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Mom Taught Me Not to Steal, but Mom Never Played Poker

by Roy West |  Published: May 17, 2005


Hi. Come on in. We haven't had meatloaf for quite a while, so I've baked a large one containing the secret blend of spices and herbs that my sister taught me. (I think Grandma taught her about 30 years ago.) Carve off a hunk and dig in.

A surprising number of medium- and low-limit poker players don't have a grasp on the concept of thievery in seven-card stud – not cheating, but the legal kind of thievery we call ante stealing. Let's talk about that for a moment.

Generally, you won't encounter an ante until you get to about the $3-$6 limit and higher, and ante-stealing strategy changes as you go up in limits. We're talking here about limits up through $10-$20, but when you play in any game with an ante, you must think about ante stealing. What is ante stealing and why do you want to do it?

First, ante stealing is raising on third street, trying to win the antes and low-card forced bet without opposition when you do not necessarily hold a hand of value. You are "stealing" the antes. Why steal the antes?

If done correctly, it can produce a profit. If not done at all, and you haven't replaced the antes that you have put in on every hand by winning a pot, your stack will be drained. Let's consider a $10-$20 game with a $1 ante, as in Las Vegas. Figure that 30 to 40 hands per hour will be dealt. It's not too difficult, then, to figure that if you didn't play a hand, your stack would deplete by $30 to $40 every hour in antes and your share of the forced low-card bring-in. That's a lot to overcome, and you overcome it by ante stealing. Now that we know "what" and "why," let's look at "how."

Ante stealing is almost always done from a late position, after all or most of the other players have acted. If everyone has folded when the action gets to you, and there is only the forced-bet low card in the pot, it would be extremely foolish of you to fold and surrender all of that money lying out there to what is probably a nothing hand. So, you raise, he folds, and you profit. So far, so good.

If everyone has folded when the action gets to you except for one or two players yet to act after you, usually raise if your upcard is higher than either of theirs. If not, fold if you have no value. If you raise to steal the antes while holding a hand of no real value and are reraised, give it up. Don't throw good money after bad. Yes, you'll be bluffed a time or two, but in the long run, you'll save money.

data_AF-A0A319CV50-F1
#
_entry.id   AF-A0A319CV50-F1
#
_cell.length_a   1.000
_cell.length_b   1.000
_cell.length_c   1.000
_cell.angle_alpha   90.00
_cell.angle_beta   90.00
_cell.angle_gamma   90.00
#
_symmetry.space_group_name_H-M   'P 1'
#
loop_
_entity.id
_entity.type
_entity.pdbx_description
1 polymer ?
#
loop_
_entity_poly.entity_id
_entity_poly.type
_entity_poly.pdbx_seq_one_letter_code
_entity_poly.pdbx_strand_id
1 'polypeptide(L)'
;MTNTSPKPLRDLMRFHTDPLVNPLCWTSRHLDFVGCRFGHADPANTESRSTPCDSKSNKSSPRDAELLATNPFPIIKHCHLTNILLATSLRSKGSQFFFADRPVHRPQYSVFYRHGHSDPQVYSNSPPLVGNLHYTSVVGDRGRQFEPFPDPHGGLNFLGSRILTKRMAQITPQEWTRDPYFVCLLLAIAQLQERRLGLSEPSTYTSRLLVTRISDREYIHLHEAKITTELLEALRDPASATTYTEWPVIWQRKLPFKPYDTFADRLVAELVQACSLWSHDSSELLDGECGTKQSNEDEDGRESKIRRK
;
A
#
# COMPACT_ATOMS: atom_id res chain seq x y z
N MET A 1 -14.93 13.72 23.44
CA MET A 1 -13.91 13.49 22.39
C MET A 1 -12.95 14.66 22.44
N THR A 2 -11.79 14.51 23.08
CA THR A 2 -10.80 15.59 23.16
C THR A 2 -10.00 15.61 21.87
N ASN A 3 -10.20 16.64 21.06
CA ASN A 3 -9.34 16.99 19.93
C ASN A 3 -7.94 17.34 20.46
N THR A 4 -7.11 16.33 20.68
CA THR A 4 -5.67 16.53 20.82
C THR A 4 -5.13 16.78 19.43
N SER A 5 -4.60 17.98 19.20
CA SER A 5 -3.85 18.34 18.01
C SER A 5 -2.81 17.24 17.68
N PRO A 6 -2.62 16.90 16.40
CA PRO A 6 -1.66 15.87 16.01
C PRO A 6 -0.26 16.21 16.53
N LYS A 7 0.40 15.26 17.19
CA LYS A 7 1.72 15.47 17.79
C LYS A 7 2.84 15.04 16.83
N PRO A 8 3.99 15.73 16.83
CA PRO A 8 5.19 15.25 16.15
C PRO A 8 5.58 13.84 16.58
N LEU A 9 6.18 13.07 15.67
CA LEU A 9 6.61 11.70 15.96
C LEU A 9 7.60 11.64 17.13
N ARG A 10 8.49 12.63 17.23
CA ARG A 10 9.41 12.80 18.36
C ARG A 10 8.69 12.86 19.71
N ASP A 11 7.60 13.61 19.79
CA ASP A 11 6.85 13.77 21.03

Forget about stealing the antes if another player already has voluntarily entered the pot before the action gets to you. He came in with something, and if you don't also have "something," fold and wait a moment for the next hand.

Always have the idea in your head that you want to steal as many antes as you can, as often as you can. When you eventually get "caught," back off for a while. Remember, when you are stealing antes, you are always stealing from the same player to your left. He won't like that, and will eventually play back at you with a raise of his own, just to put a stop to it. (You must do the same when some player to your right wants to keep stealing your antes.) Most players will eventually play back at you, but there are exceptions.

A few years back, I once had a guy on my left in a $10-$20 game whom I would like to have there in every game I ever play. He never played back at me in about a five-hour session. I stole the antes from him a dozen times. At $11 a pop ($8 in antes and $3 of low-card bring-in money), I picked up more than $130. That's a lot of money that I could reinvest in antes of my own.

How much ante stealing you can get away with will be different from game to game. It depends on the aggressiveness of your opponents. Pay attention, so that you won't put your neck into any traps. If they are tight and non-callers, steal a lot. If they are loose, aggressive types who play back, steal less.

As a child, you probably were taught not to steal. You learned, "Crime does not pay," and similar such phrases. But in poker, steal you must, or watch your stacks deplete a dollar at a time.

I'm sorry, but my sister has sworn me to secrecy about the "secret blend of spices and herbs" in the meatloaf. But you can take a couple of slices with you to have for breakfast. Now I tire and require repose. Kill the light on your way out. ♠

Roy West, author of the bestseller 7 Card Stud, the Complete Course in Winning (available from Card Player), continues working on a hold'em curriculum in Las Vegas for both tourists and locals. Ladies are welcome. Get Roy's toll-free 800 number from his ad on Page 136.